The Middle Intellectual Property Powers
Peter K. Yu
Drake University Law School
September 10, 2012
LAW AND DEVELOPMENT IN MIDDLE-INCOME COUNTRIES: AVOIDING THE MIDDLE-INCOME TRAP, Randall Peerenboom and Tom Ginsburg, eds., pp., 84-107, Cambridge University Press, 2014
Drake University Law School Research Paper No. 12-28
Commissioned by a project funded by the Hague Institute for the Internationalisation of Law, this chapter examines a group of middle-income countries that have played or will play important roles in the international intellectual property regime. It begins by noting the challenges in identifying intellectual property developments in middle-income countries, due in large part to their divergent needs, interests, conditions and priorities.
The chapter then contends that a smaller subset of this group will play important roles in the international intellectual property regime. Termed the "middle intellectual property powers," this subset includes Brazil, China, India, the uncontested leaders of the developing world. It could also cover other countries such as Argentina, Indonesia, Malaysia, the Philippines, Russia, South Africa and Thailand.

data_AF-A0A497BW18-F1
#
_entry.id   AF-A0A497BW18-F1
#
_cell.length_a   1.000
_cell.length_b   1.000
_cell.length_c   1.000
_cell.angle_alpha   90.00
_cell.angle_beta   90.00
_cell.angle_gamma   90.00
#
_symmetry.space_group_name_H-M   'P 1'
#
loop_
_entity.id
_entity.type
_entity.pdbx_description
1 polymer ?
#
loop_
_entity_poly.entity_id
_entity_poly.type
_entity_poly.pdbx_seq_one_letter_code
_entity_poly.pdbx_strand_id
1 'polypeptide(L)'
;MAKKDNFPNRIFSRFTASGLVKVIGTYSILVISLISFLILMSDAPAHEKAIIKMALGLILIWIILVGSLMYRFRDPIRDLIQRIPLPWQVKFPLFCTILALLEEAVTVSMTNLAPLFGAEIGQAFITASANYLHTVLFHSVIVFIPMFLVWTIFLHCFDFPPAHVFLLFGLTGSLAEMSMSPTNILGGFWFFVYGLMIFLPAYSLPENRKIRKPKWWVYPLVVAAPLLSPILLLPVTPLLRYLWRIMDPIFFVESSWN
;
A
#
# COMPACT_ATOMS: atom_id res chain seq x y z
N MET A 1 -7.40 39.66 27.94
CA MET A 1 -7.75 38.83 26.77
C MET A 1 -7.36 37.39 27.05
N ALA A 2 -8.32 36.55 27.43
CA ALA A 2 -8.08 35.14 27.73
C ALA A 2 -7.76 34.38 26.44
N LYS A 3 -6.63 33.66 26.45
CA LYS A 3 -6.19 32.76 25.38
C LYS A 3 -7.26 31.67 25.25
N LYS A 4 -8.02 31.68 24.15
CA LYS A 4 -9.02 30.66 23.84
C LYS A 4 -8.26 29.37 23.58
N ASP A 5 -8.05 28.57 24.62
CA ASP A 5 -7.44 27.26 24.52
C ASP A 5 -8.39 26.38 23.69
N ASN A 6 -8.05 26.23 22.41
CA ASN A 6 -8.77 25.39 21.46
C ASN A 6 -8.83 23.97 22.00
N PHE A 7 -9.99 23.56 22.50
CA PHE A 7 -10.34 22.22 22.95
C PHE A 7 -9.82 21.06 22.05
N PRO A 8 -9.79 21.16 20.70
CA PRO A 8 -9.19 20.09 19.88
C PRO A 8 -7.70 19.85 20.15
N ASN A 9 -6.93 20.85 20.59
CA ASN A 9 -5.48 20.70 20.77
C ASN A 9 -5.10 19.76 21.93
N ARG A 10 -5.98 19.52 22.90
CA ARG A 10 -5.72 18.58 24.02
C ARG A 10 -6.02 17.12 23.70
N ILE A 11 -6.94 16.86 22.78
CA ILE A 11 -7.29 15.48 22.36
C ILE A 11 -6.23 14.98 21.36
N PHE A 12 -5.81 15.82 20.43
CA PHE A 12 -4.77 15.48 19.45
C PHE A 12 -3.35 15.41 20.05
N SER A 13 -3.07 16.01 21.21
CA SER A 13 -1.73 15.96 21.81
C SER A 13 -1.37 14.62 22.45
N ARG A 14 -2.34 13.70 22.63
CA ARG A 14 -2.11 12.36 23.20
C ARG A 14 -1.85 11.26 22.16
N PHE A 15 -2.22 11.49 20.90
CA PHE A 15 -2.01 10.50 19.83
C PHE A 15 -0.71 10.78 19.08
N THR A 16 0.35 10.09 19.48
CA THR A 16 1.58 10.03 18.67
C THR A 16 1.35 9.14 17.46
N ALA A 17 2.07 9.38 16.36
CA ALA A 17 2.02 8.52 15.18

Focusing on these emerging powers and drawing on statistics provided by the World Bank, the World Intellectual Property Organization and other organizations, this chapter identifies six common characteristics that are found within the group. It also examines the policy positions this group will take in the international intellectual property regime as well as the interactions they will have with other countries. The chapter concludes with four different lessons policymakers and commentators can draw from the experiences of the middle intellectual property powers.
Number of Pages in PDF File: 20Accepted Paper Series
Date posted: September 10, 2012 ; Last revised: September 25, 2013
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